Ben Fogle opens up about his Everest Climb

Ben Fogle opens up about his Everest Climb

Climbing the tallest mountain in the world is no walk in the park, and Ben Fogle now knows how challenging Everest is, after he recently revealed that he came close to death after two of his oxygen tanks exploded whilst scaling the mountain.

Speaking on Good Morning Britain, the 44-year-old TV presenter felt as though he was going to "die straight away" as soon as the second tank blew up, and admitted it was a "pretty scary" time.

He said: "It's a big question looming over Everest this year because it wasn't just us, there's a problem with the equipment and lots of teams were forced to pull out.

"When you're up at that height, it's pretty scary. As you're on the famous Hillary step, when the second tank exploded, your mind imagines you're on Mars and if it goes you're just going to die straight away."

Ben now describes the incident as the "main blight" of the trip, and counts Everest as the most "terrifying" place he has ever visited, as well as being the "most beautiful".

He added: "People climb without oxygen but my body hadn't fully acclimatised.

"It was the main blight on the expedition, but the silver lining is I not only survived, I stood on the roof of the world.

"It's the most beautiful, terrifying place I've ever been."

Ben's emotional message to his son


Ben Fogle has posted a very emotional message on Instagram after reaching the summit of Mount Everest. The TV presenter has been on a five-week expedition to scale the world's highest mountain and he dedicated his climb to little Willem, who he and his wife Marina tragically lost in 2014.

In a touching Instagram post, he wrote: "I gave an assembly to my children's school today via satellite phone. Nothing has given me as much pleasure so far on this trip than inspiring and exciting 300 young children, particularly my two beautiful children Ludo and Iona. It gives me so much happiness to share this journey with so many others. I don't feel alone here. Never. There is a spirituality but I can also feel the support and the love here on Instagram ... There is one person in particular for whom this journey is dedicated. A little boy called Willem Fogle. He was my little son. Stillborn at 8 months. A little boy I never got to know. A little life that never got to live. A breath that was never exhaled. His loss changed our lives and I think about him daily. Losing my little boy made me reevaluate life. Not only do we hold our two beautiful children closer to us but it was a reminder to live life for the now. Don't waste it. Cradling little Willem to say goodbye, I made a promise to him to live my life brightly. To embrace everyday. To always smile. To be positive and to inspire. In some ways I am now living my life for two. Willem is always there. I think he is my guardian angel here. There is one particular star that shines brighter. It draws my attention. It reflects off the snow and ice. I feel so lucky. I will never take life for granted but above all I'll never be alone #everest2018 [sic]"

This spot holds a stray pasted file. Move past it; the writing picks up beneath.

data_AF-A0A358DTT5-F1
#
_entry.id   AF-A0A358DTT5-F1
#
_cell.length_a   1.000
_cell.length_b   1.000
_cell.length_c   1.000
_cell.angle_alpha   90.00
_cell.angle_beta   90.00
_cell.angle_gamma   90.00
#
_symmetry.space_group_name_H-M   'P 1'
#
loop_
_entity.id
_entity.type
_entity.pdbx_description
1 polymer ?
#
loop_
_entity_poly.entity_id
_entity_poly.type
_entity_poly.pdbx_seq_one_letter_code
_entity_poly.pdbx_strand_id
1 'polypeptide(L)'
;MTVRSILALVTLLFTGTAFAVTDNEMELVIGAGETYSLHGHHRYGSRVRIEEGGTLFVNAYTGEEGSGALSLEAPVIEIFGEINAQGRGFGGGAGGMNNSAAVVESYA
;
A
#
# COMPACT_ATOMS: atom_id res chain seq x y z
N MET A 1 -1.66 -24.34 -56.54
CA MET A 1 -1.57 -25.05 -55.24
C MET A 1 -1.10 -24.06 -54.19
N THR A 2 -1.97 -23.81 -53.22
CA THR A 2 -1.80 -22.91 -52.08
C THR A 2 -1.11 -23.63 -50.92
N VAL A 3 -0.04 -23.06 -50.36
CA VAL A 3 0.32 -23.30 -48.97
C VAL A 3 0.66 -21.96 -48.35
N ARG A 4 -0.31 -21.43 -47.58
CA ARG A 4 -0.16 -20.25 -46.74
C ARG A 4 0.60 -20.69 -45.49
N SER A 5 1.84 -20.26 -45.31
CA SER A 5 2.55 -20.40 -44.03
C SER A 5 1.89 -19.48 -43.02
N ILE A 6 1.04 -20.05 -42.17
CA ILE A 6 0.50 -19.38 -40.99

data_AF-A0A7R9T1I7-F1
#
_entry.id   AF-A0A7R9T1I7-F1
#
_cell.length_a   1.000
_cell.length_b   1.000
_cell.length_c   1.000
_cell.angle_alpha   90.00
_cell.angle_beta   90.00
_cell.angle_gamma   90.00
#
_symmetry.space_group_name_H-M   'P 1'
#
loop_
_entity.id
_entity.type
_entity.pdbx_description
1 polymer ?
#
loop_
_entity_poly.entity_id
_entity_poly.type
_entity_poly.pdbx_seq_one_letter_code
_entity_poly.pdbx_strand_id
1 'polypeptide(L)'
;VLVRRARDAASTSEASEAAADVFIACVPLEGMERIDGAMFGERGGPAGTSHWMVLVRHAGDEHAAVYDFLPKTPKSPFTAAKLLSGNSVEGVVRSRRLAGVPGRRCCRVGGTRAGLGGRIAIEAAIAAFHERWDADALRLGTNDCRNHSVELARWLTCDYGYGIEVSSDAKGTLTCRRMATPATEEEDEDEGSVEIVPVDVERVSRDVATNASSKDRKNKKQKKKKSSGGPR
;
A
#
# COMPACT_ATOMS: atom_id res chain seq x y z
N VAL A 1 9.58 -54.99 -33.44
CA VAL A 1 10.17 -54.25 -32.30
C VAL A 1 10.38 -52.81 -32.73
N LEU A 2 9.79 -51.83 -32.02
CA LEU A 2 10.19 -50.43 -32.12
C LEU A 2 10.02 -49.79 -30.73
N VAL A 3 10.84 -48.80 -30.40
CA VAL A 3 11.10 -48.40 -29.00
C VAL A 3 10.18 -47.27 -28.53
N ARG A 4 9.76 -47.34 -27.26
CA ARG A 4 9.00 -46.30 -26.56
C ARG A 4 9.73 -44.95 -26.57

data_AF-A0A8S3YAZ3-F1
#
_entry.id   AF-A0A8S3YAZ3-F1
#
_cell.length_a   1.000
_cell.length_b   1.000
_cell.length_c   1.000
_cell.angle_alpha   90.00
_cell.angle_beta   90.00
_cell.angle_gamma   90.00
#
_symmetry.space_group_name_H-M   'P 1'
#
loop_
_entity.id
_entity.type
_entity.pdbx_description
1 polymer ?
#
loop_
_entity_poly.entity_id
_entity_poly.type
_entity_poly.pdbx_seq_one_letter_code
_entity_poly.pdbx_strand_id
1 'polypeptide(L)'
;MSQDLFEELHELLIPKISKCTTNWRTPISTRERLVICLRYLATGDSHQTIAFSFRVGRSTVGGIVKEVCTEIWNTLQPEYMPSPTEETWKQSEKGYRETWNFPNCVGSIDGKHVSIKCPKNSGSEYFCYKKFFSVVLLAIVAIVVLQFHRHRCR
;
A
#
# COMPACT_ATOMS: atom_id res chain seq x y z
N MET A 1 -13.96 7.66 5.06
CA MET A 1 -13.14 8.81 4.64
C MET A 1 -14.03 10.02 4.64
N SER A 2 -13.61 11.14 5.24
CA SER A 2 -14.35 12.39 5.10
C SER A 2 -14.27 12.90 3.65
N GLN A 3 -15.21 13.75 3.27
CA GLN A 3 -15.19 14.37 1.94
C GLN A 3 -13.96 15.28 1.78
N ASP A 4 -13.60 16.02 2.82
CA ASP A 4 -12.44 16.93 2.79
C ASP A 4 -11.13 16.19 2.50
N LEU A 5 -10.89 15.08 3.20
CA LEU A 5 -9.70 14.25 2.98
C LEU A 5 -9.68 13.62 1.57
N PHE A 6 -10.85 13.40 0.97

Ben with daughter Iona and son Ludo. 

Ben with daughter Iona and son Ludo. 

The 'Animal Park' presenter - who held up his kids Ludo and Iona's toy panda and carrot at the top of the mountain - admits the scaling of Mount Everest is the toughest challenge he has ever embarked on and he now has even more respect for nature.

@benfogle Instagram 

@benfogle Instagram 

Ben in particular thanked the Nepalese Sherpas who acted as his guides on the climb and kept him safe.

He wrote in a separated Instagram post: "It has been quite an adventure. Never entirely as expected. We have been stuck in major storms and hit by some technical equipment failure. We were battered by a mighty storm at 8000m which threatened to shred our tent and we have been humbled by Mother Nature ... It is almost impossible to surmise what the last five weeks have been like here in the high Himalayas. The Nepalese Sherpas have been one of the highlights. Their eyes twinkle with such beauty. Indeed in many ways it has been their beautiful spirit that has kept my own spirits when they have been battled by physical and mental challenges. I never thought climbing Everest was going to be easy, indeed it has tested me in ways other Expeditions haven't. Success and Failure have become constant bedfellows... [sic]"